Divers, Coast Guard Prevented Huge Oil Spill During Flood
By Ben Hall Investigative Reporter
As the flood waters rose, a frantic fight was underway to prevent huge fuel tanks from being swept into the Cumberland River. Scuba divers joined the U.S. Coast Guard in a behind the scenes battle to prevent an oil spill in Nashville.
NewsChannel5 Investigates had exclusive access to one of Nashville's largest fuel terminals.
Marathon Oil showed us the place where trucks line up each day to get fuel and take it to local gas stations.
"Everything you see here was under water from the river all the way back to the interstate," said Mike Easterday as he pointed to an aerial map of the terminal.
"That's about seven feet on the tank," said Easterday, as he pointed to a water line.
The largest of the tanks holds two million gallons of fuel and they float. If the current had swept them away, they could have crashed into a downtown bridge.
"That was foremost my concern," said Hunter McWilliams with the U.S. Coast Guard. "I was tasked with making sure these things didn't lift off the ground and make their way into the river."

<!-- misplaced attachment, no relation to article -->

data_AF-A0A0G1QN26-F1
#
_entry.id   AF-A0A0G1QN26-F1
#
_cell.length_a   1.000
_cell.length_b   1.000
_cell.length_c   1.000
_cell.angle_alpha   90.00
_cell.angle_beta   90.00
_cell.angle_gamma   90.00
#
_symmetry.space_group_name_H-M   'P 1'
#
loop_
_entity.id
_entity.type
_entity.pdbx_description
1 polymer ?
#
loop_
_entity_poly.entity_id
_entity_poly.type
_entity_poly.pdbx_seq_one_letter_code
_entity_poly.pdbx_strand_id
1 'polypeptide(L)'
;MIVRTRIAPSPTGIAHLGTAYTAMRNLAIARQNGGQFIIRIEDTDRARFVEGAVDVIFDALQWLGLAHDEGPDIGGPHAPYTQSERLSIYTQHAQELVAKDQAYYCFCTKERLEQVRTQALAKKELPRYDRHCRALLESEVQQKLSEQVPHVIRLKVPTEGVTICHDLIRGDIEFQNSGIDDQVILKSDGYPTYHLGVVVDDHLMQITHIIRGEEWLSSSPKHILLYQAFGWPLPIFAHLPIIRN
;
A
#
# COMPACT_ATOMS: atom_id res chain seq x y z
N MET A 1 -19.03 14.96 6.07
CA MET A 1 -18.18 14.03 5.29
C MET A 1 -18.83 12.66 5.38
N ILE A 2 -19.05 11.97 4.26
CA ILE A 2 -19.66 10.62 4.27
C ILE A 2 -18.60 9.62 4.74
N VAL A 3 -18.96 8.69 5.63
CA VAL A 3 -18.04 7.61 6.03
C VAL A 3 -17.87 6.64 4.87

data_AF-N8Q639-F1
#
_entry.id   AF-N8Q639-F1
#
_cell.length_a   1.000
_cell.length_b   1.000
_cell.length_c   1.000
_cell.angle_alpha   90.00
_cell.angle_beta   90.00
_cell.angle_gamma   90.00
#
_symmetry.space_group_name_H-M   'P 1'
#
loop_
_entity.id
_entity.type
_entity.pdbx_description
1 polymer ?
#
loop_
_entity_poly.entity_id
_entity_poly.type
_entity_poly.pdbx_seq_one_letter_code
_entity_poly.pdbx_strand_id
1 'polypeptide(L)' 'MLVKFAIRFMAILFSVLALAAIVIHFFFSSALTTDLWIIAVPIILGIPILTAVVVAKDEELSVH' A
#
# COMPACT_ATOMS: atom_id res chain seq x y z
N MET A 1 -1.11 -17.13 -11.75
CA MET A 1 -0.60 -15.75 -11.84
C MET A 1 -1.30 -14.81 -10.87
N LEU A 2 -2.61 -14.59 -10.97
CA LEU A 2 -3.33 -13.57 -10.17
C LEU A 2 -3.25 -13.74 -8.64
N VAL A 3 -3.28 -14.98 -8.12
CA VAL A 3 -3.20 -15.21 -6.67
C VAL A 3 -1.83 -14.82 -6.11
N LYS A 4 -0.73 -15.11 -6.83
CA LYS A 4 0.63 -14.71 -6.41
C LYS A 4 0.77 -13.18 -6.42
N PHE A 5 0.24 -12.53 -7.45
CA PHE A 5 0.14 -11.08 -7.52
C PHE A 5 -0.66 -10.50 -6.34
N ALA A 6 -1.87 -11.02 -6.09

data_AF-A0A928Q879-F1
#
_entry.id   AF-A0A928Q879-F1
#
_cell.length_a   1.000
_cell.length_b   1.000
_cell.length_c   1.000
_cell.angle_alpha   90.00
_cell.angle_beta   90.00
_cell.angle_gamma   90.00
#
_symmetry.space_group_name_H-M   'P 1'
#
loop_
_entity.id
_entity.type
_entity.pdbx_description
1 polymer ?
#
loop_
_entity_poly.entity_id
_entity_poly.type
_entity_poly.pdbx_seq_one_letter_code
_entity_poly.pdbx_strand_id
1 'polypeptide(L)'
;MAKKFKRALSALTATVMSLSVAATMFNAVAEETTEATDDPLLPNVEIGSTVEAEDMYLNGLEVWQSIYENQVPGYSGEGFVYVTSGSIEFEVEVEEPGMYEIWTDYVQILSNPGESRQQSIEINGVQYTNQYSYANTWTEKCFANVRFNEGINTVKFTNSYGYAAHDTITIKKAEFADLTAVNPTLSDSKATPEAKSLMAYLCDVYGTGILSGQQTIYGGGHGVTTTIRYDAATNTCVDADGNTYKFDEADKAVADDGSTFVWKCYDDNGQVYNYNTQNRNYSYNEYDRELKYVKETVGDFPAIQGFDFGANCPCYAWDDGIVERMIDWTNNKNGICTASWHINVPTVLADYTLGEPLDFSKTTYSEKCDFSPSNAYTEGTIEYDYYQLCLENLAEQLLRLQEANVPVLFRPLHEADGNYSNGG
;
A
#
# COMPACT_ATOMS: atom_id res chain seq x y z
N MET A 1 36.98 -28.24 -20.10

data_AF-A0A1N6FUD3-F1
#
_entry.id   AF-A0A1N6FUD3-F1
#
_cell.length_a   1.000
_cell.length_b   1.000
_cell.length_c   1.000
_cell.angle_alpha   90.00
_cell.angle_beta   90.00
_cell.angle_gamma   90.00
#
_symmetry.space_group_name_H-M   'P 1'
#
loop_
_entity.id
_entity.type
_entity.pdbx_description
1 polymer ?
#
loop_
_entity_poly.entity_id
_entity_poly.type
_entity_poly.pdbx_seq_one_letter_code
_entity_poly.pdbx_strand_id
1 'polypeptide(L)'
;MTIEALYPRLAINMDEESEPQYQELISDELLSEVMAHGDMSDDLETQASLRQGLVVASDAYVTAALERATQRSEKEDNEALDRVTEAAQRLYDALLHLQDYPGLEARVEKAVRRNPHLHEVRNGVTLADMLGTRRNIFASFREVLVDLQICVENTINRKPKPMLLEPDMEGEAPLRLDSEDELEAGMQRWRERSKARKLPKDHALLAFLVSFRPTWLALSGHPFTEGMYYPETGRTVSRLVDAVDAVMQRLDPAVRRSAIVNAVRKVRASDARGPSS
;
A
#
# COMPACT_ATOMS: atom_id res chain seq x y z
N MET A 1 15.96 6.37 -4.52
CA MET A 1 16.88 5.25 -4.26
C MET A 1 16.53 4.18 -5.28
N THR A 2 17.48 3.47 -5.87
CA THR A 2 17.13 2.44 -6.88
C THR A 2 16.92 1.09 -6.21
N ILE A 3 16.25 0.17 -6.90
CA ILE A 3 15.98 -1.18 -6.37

The Coast Guard joined in a full fledge fight to prevent the worst. Marathon Oil brought in its disaster response team which included scuba divers.
"The divers assisted us in setting up a system to pump water into any of the tanks that had lower levels," said Easterday.
The water made the tanks heavier and harder for the current to sweep into the river.
Scuba divers also checked on the pipes to the tanks because most of them were underwater. Divers shut off certain valves along the pipes.
"I've been in this business nearly 30 years and never seen anything like this. It's unprecedented," said Easterday.
The company also put up containment barriers around the tanks just in case there was a leak.
There are nine fuel terminals around Nashville, and they all took on water. Industry executives said if the public had panicked and made a run on gas stations, there would have been a gasoline shortage, but luckily that didn't happen.
City leaders worked to prevent another post Hurricane Ike run on gas stations and kept a close eye on Nashville's gasoline supply.
"We knew that supply would be disrupted and could cause some issues," said Easterday.
Marathon's terminal stayed closed for more than 12 days. It was open on Thursday, but there was still see mud on the pipes that were under water.
The trucks are back in line, and gas is flowing again. Everyone feels like they dodged a bullet.
State and federal regulators said there were no major leaks or problems. They praised Marathon Oil for its response. They said this was an example of people working together to prevent a disaster.
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